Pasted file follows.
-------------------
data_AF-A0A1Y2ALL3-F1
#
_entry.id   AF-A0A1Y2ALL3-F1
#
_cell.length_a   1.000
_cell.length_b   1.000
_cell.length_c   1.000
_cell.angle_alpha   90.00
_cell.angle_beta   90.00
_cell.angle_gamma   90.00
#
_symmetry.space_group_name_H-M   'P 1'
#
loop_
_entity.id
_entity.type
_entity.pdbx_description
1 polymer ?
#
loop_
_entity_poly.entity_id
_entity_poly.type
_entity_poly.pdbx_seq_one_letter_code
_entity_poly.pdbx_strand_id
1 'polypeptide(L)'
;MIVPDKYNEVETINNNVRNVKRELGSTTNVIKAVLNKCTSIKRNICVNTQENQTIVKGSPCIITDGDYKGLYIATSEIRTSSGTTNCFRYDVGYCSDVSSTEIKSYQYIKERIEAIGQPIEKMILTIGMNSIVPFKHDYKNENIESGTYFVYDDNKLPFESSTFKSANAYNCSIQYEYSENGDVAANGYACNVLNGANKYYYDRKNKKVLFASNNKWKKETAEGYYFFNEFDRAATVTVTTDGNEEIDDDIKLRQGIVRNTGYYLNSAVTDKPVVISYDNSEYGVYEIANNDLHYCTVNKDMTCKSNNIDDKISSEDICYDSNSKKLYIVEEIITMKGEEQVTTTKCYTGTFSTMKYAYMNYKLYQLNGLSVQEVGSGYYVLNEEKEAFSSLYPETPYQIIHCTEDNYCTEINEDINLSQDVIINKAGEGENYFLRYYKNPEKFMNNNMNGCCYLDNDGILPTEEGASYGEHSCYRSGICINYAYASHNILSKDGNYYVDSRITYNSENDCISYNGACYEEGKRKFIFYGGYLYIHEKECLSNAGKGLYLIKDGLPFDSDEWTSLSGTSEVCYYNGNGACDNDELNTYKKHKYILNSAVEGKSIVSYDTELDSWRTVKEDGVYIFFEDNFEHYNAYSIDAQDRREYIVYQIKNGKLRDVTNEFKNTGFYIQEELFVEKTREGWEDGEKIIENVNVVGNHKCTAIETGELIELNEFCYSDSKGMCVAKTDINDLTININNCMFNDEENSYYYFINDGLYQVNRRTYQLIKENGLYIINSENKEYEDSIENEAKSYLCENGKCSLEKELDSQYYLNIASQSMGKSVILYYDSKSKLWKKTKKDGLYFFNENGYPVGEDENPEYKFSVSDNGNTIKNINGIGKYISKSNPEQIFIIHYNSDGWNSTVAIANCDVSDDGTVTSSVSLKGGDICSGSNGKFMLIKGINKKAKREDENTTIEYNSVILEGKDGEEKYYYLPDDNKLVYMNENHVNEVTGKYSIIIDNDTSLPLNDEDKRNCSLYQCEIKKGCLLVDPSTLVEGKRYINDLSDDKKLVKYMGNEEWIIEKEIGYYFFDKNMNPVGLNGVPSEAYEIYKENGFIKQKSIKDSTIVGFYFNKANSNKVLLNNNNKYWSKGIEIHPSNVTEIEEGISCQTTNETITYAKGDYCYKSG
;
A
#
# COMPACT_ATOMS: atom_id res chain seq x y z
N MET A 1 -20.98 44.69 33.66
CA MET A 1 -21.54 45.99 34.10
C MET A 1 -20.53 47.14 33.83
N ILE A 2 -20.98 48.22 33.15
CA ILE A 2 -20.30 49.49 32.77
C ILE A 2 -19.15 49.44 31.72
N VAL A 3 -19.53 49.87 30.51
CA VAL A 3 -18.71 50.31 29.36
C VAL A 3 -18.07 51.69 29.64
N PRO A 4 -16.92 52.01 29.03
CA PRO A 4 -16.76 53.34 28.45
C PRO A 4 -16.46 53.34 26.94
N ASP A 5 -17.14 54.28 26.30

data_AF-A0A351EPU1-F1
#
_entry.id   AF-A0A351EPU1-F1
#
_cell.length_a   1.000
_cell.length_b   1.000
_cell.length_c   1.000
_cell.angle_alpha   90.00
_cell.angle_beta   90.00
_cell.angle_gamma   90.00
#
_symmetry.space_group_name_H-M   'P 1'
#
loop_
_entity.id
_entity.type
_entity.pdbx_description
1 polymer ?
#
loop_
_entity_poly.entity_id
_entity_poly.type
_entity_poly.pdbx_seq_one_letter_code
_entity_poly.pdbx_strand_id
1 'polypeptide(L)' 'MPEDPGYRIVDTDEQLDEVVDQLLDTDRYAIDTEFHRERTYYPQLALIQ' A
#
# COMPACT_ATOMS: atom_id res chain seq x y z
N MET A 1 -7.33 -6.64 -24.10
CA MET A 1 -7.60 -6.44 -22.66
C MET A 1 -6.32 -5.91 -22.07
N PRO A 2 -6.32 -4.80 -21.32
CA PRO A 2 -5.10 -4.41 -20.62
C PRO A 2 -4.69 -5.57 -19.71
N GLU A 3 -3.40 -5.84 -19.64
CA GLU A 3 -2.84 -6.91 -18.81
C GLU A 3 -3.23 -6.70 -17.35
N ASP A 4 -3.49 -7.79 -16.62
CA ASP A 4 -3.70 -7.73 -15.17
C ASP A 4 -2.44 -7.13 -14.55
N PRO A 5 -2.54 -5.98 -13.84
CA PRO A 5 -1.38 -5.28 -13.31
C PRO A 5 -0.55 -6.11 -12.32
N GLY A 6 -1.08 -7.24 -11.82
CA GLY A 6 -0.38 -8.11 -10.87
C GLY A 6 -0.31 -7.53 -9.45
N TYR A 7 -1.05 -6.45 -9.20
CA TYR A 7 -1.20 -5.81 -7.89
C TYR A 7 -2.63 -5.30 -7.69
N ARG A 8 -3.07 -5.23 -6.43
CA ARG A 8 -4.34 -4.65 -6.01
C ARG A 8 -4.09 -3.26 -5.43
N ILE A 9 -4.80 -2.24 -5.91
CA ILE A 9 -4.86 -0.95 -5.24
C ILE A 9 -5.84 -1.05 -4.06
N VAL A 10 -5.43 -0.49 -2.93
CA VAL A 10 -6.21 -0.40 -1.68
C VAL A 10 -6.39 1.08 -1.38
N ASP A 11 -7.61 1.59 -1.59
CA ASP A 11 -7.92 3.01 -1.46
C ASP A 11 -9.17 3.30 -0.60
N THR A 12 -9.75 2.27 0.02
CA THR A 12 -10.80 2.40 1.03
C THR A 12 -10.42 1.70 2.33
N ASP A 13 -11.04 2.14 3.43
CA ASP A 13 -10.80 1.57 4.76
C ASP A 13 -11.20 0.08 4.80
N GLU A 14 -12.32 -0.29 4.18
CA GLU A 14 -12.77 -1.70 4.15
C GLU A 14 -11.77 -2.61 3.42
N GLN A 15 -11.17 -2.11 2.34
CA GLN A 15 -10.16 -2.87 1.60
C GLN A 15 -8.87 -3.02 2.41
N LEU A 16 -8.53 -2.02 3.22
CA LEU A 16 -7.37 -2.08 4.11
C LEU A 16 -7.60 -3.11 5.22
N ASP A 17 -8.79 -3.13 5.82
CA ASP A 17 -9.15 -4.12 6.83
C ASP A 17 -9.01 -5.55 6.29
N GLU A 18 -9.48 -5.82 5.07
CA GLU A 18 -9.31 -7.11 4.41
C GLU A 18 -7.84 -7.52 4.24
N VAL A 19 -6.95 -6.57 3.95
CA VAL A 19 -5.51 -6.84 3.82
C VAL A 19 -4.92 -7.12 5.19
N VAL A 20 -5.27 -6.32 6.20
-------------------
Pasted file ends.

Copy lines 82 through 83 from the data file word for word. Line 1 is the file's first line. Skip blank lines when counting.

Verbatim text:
C ASP A 4 -2.44 -7.13 -14.55
N PRO A 5 -2.54 -5.98 -13.84